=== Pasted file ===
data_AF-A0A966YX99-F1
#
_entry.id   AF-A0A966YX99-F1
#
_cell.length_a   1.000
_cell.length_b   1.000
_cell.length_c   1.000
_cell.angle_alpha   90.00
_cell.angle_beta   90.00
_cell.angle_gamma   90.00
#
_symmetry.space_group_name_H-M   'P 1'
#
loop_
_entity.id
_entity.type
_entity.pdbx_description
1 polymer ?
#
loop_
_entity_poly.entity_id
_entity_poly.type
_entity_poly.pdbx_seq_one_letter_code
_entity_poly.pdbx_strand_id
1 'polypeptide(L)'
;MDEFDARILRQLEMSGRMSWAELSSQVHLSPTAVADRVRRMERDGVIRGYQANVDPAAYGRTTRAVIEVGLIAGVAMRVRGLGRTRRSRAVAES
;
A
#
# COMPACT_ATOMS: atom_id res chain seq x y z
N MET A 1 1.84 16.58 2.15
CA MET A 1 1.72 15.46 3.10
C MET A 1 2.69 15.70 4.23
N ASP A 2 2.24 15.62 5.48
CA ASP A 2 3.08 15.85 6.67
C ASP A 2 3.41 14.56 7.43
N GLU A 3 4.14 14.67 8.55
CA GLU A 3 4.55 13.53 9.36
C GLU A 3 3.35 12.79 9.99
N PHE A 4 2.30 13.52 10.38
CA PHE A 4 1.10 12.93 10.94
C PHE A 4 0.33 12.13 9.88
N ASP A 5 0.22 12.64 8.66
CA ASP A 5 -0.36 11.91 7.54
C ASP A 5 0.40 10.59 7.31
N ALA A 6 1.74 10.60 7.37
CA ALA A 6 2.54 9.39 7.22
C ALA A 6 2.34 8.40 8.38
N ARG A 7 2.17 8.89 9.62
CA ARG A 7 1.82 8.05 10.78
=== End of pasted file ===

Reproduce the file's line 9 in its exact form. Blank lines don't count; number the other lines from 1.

_cell.angle_beta   90.00